Volume 33, November 2015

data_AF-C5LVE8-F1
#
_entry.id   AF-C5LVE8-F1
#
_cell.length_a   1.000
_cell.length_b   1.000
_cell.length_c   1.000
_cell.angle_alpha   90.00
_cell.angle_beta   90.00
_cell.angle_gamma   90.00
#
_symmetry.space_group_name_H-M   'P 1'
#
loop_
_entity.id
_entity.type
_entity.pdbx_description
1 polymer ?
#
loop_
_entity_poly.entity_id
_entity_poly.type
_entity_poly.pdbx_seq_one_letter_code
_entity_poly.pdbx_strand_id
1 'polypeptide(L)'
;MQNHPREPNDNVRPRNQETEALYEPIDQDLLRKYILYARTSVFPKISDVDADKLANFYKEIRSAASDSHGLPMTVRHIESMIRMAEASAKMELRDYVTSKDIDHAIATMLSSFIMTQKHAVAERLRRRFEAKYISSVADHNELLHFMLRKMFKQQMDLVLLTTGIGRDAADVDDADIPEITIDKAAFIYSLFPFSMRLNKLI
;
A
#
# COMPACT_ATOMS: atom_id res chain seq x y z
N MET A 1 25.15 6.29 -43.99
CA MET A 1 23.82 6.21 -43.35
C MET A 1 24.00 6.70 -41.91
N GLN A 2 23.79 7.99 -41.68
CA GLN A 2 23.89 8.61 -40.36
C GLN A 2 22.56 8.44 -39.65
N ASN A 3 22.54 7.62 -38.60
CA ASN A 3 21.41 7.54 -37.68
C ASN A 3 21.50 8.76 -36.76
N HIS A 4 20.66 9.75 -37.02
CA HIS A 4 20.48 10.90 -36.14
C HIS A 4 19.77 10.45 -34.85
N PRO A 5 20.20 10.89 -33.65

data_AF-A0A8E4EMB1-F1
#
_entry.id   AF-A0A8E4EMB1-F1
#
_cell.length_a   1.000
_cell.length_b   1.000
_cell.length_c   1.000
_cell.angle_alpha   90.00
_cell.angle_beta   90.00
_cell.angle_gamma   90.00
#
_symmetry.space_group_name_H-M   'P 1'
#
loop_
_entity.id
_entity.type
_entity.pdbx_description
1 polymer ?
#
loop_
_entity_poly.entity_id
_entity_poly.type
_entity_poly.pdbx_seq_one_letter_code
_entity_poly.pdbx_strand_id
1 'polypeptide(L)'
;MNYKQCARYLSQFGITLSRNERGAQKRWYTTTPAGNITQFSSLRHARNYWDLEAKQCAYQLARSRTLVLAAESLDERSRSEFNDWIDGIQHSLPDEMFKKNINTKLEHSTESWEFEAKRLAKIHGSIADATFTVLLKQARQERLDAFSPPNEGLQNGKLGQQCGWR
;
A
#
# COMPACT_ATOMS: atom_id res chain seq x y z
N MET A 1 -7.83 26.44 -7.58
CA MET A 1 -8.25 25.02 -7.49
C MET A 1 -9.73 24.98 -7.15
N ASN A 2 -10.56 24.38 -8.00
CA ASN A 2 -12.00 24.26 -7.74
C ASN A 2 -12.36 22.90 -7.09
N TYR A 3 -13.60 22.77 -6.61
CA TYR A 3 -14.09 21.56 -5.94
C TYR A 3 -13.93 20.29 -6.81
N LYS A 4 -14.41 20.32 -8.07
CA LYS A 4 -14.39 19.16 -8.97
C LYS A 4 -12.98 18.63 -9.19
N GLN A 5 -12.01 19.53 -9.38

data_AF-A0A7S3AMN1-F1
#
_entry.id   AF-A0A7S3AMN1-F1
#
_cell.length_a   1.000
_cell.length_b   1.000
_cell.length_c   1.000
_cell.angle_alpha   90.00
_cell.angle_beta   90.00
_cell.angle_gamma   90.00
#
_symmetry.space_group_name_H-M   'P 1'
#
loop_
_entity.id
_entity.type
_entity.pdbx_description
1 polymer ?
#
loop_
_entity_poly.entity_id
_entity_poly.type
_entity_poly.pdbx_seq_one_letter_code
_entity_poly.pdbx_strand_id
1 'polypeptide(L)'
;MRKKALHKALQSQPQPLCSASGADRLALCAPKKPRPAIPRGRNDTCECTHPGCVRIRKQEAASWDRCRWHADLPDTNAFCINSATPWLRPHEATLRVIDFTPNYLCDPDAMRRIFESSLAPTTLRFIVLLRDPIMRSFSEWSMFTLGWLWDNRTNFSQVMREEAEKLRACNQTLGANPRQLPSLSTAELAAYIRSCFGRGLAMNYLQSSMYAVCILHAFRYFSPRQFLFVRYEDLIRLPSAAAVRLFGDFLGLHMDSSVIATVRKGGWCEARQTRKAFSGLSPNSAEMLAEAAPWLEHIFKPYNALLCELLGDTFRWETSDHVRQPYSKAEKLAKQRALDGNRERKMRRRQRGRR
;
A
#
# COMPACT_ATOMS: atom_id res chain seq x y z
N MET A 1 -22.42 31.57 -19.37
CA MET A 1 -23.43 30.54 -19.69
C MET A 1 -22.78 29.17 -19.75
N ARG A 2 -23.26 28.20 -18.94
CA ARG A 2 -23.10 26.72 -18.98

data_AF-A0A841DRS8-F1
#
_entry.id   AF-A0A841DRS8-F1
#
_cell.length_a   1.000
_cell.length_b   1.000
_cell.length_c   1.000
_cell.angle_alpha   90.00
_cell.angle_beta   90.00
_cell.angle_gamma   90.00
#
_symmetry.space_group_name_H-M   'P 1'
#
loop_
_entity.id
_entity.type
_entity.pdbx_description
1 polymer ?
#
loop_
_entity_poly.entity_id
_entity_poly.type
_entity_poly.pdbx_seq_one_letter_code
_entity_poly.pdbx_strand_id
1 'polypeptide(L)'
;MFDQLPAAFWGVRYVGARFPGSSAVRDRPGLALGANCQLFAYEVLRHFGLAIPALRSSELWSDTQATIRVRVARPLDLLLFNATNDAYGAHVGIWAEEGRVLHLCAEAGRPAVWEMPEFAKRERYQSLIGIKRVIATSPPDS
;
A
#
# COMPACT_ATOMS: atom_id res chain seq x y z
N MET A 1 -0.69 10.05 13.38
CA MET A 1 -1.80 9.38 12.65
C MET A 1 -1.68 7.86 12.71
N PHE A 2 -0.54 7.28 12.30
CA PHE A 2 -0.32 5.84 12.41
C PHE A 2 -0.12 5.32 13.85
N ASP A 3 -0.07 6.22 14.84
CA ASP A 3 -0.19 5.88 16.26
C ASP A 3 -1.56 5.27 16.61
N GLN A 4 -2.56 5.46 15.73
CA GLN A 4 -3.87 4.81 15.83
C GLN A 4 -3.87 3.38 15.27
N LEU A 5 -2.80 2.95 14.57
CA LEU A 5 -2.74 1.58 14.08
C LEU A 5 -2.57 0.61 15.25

This paper seeks to engage with women’s bodily experiences of becoming militant. I contend that we need to ask, particularly in the case of the Liberation Tigers of Tamil Eelam (LTTE) but possibly in relation to other militant groups as well, whether becoming militant for women, is merely synonymous with adopting a more masculine or androgynous identity? What are the implications of becoming militant for women’s material, bodily experiences? In this paper I explore the literaryrepresentations of LTTE’s women suicide bombers and their gendered, bodily transformations, by engaging with a textual portrayal: Sri Lankan writer Visakesa Chandrasekaram’s novel, Tigers Don’t Confess (2011).